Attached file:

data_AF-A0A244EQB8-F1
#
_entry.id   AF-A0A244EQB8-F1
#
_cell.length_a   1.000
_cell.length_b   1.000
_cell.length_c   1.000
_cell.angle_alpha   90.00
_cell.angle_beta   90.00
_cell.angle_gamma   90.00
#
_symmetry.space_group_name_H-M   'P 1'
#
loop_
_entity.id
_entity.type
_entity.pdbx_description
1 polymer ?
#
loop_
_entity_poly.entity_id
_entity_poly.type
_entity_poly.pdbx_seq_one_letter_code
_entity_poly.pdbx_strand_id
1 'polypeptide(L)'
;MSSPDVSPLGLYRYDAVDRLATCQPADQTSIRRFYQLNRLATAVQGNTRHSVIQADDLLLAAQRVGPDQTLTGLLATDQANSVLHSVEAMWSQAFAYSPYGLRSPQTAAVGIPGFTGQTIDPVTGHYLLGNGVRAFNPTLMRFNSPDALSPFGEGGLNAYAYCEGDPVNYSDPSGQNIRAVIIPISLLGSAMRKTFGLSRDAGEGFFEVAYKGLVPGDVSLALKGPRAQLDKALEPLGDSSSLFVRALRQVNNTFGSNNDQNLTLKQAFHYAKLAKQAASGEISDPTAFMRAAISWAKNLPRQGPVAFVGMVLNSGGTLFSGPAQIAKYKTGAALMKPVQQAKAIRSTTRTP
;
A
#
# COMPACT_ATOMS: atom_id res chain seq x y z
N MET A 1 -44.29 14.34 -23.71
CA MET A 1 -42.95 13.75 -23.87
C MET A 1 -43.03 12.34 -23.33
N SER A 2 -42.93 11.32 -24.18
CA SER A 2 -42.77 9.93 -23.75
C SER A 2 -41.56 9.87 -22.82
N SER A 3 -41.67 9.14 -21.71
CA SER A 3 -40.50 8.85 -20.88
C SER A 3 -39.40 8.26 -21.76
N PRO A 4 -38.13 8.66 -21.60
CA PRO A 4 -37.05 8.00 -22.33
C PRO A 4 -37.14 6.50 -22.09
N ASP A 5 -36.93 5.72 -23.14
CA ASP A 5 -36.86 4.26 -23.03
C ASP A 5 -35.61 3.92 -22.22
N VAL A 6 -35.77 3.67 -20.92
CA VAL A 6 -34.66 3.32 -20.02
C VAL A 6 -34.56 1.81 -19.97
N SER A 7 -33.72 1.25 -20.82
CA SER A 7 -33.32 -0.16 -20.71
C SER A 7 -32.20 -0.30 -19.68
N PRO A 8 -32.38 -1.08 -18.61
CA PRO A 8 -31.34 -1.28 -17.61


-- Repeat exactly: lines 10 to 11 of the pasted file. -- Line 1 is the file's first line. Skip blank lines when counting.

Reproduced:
_cell.angle_gamma   90.00
#